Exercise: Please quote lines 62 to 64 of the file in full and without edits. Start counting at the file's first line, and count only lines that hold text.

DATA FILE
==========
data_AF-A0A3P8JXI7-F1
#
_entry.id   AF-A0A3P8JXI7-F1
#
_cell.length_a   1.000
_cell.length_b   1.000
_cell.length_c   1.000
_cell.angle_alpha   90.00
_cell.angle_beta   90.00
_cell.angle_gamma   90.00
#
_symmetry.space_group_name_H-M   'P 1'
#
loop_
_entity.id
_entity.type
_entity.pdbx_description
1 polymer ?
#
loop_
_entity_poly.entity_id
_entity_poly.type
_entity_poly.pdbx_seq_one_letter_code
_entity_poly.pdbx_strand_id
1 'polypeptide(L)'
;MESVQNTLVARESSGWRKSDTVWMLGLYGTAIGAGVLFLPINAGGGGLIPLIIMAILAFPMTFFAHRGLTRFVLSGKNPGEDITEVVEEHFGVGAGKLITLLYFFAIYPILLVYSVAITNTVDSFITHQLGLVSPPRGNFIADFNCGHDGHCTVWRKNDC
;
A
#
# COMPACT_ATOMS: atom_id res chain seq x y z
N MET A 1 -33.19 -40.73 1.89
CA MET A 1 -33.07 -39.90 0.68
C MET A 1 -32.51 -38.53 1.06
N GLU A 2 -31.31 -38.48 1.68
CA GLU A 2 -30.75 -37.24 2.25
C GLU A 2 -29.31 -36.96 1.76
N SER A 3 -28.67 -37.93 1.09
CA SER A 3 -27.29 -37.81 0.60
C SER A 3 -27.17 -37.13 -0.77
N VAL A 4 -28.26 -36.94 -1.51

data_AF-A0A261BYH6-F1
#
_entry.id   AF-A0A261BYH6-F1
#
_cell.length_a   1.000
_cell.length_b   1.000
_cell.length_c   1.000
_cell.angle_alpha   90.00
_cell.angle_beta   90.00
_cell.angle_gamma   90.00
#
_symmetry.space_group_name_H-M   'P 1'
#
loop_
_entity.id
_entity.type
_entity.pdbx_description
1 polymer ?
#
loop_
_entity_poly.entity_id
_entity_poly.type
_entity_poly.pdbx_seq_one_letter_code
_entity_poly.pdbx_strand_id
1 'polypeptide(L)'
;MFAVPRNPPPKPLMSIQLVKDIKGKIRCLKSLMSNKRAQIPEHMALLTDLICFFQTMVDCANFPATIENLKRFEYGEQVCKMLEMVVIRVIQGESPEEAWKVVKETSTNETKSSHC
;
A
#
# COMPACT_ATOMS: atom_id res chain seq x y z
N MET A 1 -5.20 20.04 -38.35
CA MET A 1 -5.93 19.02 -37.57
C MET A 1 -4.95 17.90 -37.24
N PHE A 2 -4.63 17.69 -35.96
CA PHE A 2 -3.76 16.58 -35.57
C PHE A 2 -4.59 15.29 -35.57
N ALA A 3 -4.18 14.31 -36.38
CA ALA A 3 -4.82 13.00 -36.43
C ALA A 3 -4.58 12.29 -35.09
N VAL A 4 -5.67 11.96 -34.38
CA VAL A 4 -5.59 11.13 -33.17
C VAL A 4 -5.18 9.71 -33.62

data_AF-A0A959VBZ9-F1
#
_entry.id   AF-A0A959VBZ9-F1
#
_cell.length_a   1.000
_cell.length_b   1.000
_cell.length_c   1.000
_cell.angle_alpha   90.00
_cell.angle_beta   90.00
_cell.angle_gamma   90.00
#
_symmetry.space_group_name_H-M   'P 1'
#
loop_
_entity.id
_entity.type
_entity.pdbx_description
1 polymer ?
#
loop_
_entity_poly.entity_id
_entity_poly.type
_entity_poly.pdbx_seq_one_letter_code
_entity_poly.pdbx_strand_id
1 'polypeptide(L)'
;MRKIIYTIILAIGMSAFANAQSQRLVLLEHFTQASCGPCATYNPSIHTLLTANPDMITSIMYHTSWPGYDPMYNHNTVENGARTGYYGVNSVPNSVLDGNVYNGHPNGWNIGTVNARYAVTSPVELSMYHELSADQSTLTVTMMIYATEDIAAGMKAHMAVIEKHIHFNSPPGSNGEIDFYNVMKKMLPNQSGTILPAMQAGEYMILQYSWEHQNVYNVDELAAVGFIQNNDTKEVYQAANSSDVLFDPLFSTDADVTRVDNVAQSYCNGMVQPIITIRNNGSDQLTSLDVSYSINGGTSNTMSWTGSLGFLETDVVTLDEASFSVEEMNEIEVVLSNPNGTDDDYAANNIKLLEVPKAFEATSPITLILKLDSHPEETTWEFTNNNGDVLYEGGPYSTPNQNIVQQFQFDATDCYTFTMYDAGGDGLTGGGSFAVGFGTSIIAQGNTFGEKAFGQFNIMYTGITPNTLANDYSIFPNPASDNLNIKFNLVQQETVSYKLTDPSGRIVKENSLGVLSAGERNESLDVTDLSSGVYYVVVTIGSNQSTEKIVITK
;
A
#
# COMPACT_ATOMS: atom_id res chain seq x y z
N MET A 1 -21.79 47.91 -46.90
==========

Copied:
_entity_poly.type
_entity_poly.pdbx_seq_one_letter_code
_entity_poly.pdbx_strand_id